The brain is a marvelous tool. It never forgets
anything, and picks up on things, intuitions, and communications that are not
even registered on our thinking mind. Unfortunately, the brain also prevents us
from seeing much of the wildlife and beauties that are there to see because it
likes security in the things it is looking at. In other words, it will
automatically seek out and look at all those images on the landscape that are
familiar to us.
Steven van Mathre, in his book Acclimitazation, states:
"Observe the overall aspects of a scene; approach as if you've never seen
it before and seek out the horizons. Use peripheral vision. Avoid looking at the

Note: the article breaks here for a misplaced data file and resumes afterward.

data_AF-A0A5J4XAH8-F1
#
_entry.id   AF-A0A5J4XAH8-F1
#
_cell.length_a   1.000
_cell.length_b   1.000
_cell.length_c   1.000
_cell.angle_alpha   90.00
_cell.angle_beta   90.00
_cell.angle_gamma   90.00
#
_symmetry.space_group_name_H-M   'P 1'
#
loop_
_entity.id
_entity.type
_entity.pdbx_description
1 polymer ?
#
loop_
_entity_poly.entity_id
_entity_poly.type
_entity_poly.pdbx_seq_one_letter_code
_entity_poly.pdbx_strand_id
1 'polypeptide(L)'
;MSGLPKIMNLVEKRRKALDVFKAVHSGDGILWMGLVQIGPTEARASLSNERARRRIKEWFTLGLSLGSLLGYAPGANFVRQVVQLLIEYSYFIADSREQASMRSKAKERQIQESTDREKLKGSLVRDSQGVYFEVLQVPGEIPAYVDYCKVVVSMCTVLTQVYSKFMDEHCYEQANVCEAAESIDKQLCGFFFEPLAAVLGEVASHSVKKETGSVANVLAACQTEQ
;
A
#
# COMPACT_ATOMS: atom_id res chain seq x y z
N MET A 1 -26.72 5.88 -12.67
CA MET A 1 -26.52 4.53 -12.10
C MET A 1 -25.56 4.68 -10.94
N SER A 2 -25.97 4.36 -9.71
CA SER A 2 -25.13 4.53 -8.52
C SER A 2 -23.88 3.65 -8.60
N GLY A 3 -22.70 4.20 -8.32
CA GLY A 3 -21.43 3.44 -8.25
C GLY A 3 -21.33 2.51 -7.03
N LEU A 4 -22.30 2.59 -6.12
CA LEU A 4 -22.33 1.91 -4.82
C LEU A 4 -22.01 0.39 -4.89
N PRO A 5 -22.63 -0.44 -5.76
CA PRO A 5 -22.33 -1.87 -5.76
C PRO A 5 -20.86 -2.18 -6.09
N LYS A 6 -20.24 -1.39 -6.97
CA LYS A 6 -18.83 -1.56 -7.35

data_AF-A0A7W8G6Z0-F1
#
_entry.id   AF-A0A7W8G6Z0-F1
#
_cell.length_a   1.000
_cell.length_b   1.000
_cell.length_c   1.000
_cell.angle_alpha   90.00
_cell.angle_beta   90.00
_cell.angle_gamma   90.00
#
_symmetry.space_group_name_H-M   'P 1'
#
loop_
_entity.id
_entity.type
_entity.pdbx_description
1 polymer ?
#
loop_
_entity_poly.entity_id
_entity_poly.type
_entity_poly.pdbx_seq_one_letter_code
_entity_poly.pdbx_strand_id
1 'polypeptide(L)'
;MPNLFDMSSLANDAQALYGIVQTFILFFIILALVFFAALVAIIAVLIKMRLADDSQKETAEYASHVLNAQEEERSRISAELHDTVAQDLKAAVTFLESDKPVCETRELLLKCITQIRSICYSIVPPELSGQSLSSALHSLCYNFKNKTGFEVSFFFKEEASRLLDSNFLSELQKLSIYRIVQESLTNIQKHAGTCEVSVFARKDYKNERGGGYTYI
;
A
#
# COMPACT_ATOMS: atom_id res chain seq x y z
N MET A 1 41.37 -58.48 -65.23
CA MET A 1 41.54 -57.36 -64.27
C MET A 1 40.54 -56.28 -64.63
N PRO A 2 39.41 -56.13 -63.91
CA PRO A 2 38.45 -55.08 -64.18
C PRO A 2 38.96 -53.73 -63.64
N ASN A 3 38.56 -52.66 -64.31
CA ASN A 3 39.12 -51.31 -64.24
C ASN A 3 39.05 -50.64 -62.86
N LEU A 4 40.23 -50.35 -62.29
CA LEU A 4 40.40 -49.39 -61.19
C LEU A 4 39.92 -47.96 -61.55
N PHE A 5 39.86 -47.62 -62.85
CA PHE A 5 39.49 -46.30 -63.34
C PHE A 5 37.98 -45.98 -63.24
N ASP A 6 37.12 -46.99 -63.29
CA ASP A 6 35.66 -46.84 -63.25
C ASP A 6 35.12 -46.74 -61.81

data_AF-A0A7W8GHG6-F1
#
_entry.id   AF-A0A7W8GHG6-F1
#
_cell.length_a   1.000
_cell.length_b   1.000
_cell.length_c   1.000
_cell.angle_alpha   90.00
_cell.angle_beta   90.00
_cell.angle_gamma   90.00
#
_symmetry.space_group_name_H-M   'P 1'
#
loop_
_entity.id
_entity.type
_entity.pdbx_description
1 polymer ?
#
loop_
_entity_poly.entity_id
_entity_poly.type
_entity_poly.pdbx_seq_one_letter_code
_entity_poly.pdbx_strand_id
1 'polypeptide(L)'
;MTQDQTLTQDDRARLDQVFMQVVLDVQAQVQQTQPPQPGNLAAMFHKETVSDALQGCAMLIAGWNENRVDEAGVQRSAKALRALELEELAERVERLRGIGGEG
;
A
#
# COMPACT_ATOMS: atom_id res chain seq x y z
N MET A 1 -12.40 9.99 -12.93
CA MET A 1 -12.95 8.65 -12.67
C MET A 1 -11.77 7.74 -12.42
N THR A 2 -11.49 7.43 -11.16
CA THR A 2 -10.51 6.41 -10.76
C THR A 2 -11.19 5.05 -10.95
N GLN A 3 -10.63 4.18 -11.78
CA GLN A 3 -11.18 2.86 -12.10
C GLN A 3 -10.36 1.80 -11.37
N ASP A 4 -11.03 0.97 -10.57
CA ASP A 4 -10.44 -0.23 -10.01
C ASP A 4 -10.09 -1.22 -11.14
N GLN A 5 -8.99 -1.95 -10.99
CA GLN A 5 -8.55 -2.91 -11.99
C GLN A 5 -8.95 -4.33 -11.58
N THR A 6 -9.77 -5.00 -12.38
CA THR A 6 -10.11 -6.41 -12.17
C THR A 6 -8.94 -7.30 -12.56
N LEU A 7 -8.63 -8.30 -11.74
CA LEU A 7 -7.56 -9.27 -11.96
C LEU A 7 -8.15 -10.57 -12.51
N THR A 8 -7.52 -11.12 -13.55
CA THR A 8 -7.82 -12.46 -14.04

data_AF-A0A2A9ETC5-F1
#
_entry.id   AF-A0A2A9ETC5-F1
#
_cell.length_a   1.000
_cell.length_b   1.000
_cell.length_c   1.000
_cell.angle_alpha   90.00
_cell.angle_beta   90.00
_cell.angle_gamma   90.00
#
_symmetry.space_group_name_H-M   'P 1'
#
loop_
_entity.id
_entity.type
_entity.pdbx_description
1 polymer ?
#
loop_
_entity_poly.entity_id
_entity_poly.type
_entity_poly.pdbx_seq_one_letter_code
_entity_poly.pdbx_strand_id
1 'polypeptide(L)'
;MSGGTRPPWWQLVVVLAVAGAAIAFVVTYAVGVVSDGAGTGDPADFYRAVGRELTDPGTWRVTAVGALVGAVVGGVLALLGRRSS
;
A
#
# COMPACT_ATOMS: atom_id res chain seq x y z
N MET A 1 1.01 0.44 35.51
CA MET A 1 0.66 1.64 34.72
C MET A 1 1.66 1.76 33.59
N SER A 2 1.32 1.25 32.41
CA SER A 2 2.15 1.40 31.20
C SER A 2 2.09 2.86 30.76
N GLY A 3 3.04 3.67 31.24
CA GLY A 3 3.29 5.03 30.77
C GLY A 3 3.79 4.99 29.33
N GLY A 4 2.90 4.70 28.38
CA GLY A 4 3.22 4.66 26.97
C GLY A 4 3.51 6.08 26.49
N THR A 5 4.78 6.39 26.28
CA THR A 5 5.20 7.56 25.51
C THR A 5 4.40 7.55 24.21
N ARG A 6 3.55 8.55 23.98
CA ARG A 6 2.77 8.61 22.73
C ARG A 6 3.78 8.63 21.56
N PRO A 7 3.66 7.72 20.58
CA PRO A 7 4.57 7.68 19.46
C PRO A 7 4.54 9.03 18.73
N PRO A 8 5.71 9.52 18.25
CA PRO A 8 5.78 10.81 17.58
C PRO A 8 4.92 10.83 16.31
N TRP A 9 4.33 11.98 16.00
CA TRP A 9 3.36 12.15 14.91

familiar objects, your mind does it automatically and distorts the unique."
Essentially, what he is saying is that your brain likes to look at the familiar,
thus keeping you from seeing all the things around you.
In any town you can always tell the tourists. They are
the people that are always looking up and around, taking in all the new sights.
But after one time in the town the mind has already taken over and even the
tourists begin to walk around just looking at the same familiar things. People
also do this in the natural world, and when you do this you are saying, "If
an animal isn't standing where I'm used to looking, them I am not going to see
The best way to return to the tourist attitude is to
force yourself to look in places that you only glance over. Yes, the word is
force. Your mind will fight you all the way, but the rewards justify the fight.